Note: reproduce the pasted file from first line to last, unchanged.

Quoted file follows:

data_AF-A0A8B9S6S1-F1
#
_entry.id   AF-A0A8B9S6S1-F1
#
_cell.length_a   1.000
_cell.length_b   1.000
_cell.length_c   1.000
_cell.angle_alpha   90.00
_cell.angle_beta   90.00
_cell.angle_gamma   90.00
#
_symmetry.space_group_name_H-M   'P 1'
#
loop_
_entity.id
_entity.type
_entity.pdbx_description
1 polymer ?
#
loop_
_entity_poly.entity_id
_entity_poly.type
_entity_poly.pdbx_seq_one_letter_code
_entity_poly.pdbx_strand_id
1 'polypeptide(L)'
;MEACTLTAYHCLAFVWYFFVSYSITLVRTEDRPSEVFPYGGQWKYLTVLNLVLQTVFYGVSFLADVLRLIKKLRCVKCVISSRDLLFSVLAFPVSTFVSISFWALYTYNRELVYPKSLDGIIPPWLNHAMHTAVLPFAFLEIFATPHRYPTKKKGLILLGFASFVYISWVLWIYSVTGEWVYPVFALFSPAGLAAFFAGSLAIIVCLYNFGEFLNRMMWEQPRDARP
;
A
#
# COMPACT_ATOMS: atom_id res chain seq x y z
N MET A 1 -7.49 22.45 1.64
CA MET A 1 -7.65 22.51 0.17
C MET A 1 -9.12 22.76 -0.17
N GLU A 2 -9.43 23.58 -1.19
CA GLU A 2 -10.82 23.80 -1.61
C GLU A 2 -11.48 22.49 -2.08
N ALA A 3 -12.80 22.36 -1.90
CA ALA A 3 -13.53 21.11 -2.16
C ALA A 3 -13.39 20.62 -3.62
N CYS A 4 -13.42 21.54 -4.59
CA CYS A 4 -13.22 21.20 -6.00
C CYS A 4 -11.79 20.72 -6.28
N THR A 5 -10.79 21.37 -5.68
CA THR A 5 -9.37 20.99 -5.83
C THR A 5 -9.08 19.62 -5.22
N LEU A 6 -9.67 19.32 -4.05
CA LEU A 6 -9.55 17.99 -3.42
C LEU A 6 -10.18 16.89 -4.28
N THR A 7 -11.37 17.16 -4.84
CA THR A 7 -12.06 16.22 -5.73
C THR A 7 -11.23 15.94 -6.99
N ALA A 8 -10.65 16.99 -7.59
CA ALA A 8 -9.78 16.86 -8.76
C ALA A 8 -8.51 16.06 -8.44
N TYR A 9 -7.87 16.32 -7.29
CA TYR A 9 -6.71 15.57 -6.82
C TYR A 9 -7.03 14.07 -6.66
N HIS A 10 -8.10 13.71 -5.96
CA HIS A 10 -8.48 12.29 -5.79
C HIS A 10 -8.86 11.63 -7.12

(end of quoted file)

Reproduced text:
data_AF-A0A8B9S6S1-F1
#
_entry.id   AF-A0A8B9S6S1-F1
#
_cell.length_a   1.000
_cell.length_b   1.000
_cell.length_c   1.000
_cell.angle_alpha   90.00
_cell.angle_beta   90.00
_cell.angle_gamma   90.00
#
_symmetry.space_group_name_H-M   'P 1'
#
loop_
_entity.id
_entity.type
_entity.pdbx_description
1 polymer ?
#
loop_
_entity_poly.entity_id
_entity_poly.type
_entity_poly.pdbx_seq_one_letter_code
_entity_poly.pdbx_strand_id
1 'polypeptide(L)'
;MEACTLTAYHCLAFVWYFFVSYSITLVRTEDRPSEVFPYGGQWKYLTVLNLVLQTVFYGVSFLADVLRLIKKLRCVKCVISSRDLLFSVLAFPVSTFVSISFWALYTYNRELVYPKSLDGIIPPWLNHAMHTAVLPFAFLEIFATPHRYPTKKKGLILLGFASFVYISWVLWIYSVTGEWVYPVFALFSPAGLAAFFAGSLAIIVCLYNFGEFLNRMMWEQPRDARP
;
A
#
# COMPACT_ATOMS: atom_id res chain seq x y z
N MET A 1 -7.49 22.45 1.64
CA MET A 1 -7.65 22.51 0.17
C MET A 1 -9.12 22.76 -0.17
N GLU A 2 -9.43 23.58 -1.19
CA GLU A 2 -10.82 23.80 -1.61
C GLU A 2 -11.48 22.49 -2.08
N ALA A 3 -12.80 22.36 -1.90
CA ALA A 3 -13.53 21.11 -2.16
C ALA A 3 -13.39 20.62 -3.62
N CYS A 4 -13.42 21.54 -4.59
CA CYS A 4 -13.22 21.20 -6.00
C CYS A 4 -11.79 20.72 -6.28
N THR A 5 -10.79 21.37 -5.68
CA THR A 5 -9.37 20.99 -5.83
C THR A 5 -9.08 19.62 -5.22
N LEU A 6 -9.67 19.32 -4.05
CA LEU A 6 -9.55 17.99 -3.42
C LEU A 6 -10.18 16.89 -4.28
N THR A 7 -11.37 17.16 -4.84
CA THR A 7 -12.06 16.22 -5.73
C THR A 7 -11.23 15.94 -6.99
N ALA A 8 -10.65 16.99 -7.59
CA ALA A 8 -9.78 16.86 -8.76
C ALA A 8 -8.51 16.06 -8.44
N TYR A 9 -7.87 16.32 -7.29
CA TYR A 9 -6.71 15.57 -6.82
C TYR A 9 -7.03 14.07 -6.66
N HIS A 10 -8.10 13.71 -5.96
CA HIS A 10 -8.48 12.29 -5.79
C HIS A 10 -8.86 11.63 -7.12